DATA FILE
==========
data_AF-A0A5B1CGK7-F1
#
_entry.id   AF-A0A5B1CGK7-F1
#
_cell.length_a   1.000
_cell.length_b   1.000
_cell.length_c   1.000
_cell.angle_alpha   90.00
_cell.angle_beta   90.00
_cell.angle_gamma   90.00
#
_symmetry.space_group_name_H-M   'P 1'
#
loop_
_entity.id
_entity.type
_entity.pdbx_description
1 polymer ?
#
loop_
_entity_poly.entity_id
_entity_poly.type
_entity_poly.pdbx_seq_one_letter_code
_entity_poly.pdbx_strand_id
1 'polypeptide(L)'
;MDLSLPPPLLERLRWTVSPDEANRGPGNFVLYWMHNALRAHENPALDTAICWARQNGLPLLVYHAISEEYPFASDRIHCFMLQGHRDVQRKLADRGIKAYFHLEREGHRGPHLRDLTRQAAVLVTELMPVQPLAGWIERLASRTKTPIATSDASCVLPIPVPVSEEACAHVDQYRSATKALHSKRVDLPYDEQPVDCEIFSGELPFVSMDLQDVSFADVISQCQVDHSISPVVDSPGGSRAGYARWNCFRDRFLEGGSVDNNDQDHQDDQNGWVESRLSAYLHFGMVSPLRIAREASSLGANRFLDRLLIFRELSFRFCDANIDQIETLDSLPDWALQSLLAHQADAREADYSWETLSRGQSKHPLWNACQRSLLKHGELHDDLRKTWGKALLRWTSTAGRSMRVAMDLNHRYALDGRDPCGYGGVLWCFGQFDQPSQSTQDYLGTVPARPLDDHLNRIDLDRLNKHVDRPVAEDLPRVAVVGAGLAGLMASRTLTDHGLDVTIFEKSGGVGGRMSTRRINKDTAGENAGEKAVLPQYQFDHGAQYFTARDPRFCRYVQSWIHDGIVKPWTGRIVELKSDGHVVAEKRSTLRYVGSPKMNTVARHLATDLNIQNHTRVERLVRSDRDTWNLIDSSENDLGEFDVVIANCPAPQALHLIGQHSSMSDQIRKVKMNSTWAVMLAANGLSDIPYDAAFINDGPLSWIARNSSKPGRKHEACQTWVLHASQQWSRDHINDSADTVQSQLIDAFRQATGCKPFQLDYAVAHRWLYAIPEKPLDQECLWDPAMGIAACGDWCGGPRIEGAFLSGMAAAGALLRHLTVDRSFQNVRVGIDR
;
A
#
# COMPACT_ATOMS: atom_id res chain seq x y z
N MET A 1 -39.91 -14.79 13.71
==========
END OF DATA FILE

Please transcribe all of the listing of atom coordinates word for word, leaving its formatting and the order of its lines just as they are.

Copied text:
data_AF-A0A5B1CGK7-F1
#
_entry.id   AF-A0A5B1CGK7-F1
#
_cell.length_a   1.000
_cell.length_b   1.000
_cell.length_c   1.000
_cell.angle_alpha   90.00
_cell.angle_beta   90.00
_cell.angle_gamma   90.00
#
_symmetry.space_group_name_H-M   'P 1'
#
loop_
_entity.id
_entity.type
_entity.pdbx_description
1 polymer ?
#
loop_
_entity_poly.entity_id
_entity_poly.type
_entity_poly.pdbx_seq_one_letter_code
_entity_poly.pdbx_strand_id
1 'polypeptide(L)'
;MDLSLPPPLLERLRWTVSPDEANRGPGNFVLYWMHNALRAHENPALDTAICWARQNGLPLLVYHAISEEYPFASDRIHCFMLQGHRDVQRKLADRGIKAYFHLEREGHRGPHLRDLTRQAAVLVTELMPVQPLAGWIERLASRTKTPIATSDASCVLPIPVPVSEEACAHVDQYRSATKALHSKRVDLPYDEQPVDCEIFSGELPFVSMDLQDVSFADVISQCQVDHSISPVVDSPGGSRAGYARWNCFRDRFLEGGSVDNNDQDHQDDQNGWVESRLSAYLHFGMVSPLRIAREASSLGANRFLDRLLIFRELSFRFCDANIDQIETLDSLPDWALQSLLAHQADAREADYSWETLSRGQSKHPLWNACQRSLLKHGELHDDLRKTWGKALLRWTSTAGRSMRVAMDLNHRYALDGRDPCGYGGVLWCFGQFDQPSQSTQDYLGTVPARPLDDHLNRIDLDRLNKHVDRPVAEDLPRVAVVGAGLAGLMASRTLTDHGLDVTIFEKSGGVGGRMSTRRINKDTAGENAGEKAVLPQYQFDHGAQYFTARDPRFCRYVQSWIHDGIVKPWTGRIVELKSDGHVVAEKRSTLRYVGSPKMNTVARHLATDLNIQNHTRVERLVRSDRDTWNLIDSSENDLGEFDVVIANCPAPQALHLIGQHSSMSDQIRKVKMNSTWAVMLAANGLSDIPYDAAFINDGPLSWIARNSSKPGRKHEACQTWVLHASQQWSRDHINDSADTVQSQLIDAFRQATGCKPFQLDYAVAHRWLYAIPEKPLDQECLWDPAMGIAACGDWCGGPRIEGAFLSGMAAAGALLRHLTVDRSFQNVRVGIDR
;
A
#
# COMPACT_ATOMS: atom_id res chain seq x y z
N MET A 1 -39.91 -14.79 13.71